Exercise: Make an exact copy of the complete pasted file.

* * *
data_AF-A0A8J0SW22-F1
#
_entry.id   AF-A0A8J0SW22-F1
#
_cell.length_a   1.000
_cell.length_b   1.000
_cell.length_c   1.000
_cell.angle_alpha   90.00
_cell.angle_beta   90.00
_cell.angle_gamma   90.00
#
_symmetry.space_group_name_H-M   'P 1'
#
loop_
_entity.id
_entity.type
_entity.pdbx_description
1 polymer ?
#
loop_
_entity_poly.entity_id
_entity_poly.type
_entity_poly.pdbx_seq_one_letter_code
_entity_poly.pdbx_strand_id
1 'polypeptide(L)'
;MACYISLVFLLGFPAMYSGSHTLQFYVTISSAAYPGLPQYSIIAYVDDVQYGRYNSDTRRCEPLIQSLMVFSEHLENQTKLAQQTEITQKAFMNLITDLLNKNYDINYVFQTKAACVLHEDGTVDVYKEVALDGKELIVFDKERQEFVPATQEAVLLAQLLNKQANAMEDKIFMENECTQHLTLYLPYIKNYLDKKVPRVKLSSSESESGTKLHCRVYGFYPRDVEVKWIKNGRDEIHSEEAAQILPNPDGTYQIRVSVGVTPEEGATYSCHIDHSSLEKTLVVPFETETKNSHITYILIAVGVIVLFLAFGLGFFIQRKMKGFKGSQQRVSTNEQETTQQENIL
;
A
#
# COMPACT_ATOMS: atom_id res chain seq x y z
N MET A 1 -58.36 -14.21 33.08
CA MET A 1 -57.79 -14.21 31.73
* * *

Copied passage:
data_AF-A0A8J0SW22-F1
#
_entry.id   AF-A0A8J0SW22-F1
#
_cell.length_a   1.000
_cell.length_b   1.000
_cell.length_c   1.000
_cell.angle_alpha   90.00
_cell.angle_beta   90.00
_cell.angle_gamma   90.00
#
_symmetry.space_group_name_H-M   'P 1'
#
loop_
_entity.id
_entity.type
_entity.pdbx_description
1 polymer ?
#
loop_
_entity_poly.entity_id
_entity_poly.type
_entity_poly.pdbx_seq_one_letter_code
_entity_poly.pdbx_strand_id
1 'polypeptide(L)'
;MACYISLVFLLGFPAMYSGSHTLQFYVTISSAAYPGLPQYSIIAYVDDVQYGRYNSDTRRCEPLIQSLMVFSEHLENQTKLAQQTEITQKAFMNLITDLLNKNYDINYVFQTKAACVLHEDGTVDVYKEVALDGKELIVFDKERQEFVPATQEAVLLAQLLNKQANAMEDKIFMENECTQHLTLYLPYIKNYLDKKVPRVKLSSSESESGTKLHCRVYGFYPRDVEVKWIKNGRDEIHSEEAAQILPNPDGTYQIRVSVGVTPEEGATYSCHIDHSSLEKTLVVPFETETKNSHITYILIAVGVIVLFLAFGLGFFIQRKMKGFKGSQQRVSTNEQETTQQENIL
;
A
#
# COMPACT_ATOMS: atom_id res chain seq x y z
N MET A 1 -58.36 -14.21 33.08
CA MET A 1 -57.79 -14.21 31.73